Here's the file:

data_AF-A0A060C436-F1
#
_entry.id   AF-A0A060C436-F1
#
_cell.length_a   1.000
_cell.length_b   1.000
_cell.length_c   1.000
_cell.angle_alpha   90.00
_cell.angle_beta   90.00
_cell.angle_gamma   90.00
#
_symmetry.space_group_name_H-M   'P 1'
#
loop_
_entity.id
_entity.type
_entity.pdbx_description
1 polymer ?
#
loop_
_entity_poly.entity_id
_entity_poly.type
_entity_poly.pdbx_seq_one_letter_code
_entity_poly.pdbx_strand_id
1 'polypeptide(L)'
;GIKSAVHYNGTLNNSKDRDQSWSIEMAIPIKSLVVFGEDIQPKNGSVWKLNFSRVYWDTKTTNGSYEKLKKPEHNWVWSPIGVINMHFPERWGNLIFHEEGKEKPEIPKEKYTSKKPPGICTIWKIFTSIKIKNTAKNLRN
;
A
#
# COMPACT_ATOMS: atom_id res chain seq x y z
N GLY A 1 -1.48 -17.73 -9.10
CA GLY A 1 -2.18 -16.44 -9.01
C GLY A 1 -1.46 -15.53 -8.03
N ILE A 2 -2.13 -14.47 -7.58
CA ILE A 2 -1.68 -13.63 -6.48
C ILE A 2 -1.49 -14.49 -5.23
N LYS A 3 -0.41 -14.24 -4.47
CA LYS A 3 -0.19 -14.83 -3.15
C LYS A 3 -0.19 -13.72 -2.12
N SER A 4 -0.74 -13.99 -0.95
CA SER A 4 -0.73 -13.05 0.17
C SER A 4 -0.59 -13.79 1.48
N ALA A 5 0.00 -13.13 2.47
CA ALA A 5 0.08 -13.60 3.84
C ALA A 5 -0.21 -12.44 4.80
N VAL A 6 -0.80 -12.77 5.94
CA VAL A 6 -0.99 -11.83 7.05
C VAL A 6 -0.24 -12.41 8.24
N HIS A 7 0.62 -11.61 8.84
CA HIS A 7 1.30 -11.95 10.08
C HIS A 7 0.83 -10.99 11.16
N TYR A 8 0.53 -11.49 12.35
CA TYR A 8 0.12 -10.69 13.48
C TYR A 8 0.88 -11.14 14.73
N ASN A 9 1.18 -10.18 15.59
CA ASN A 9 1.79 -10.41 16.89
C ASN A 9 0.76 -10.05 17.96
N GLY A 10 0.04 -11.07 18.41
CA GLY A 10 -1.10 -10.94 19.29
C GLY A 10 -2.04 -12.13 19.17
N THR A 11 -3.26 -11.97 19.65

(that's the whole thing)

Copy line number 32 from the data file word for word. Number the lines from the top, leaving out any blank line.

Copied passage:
CA GLY A 1 -2.18 -16.44 -9.01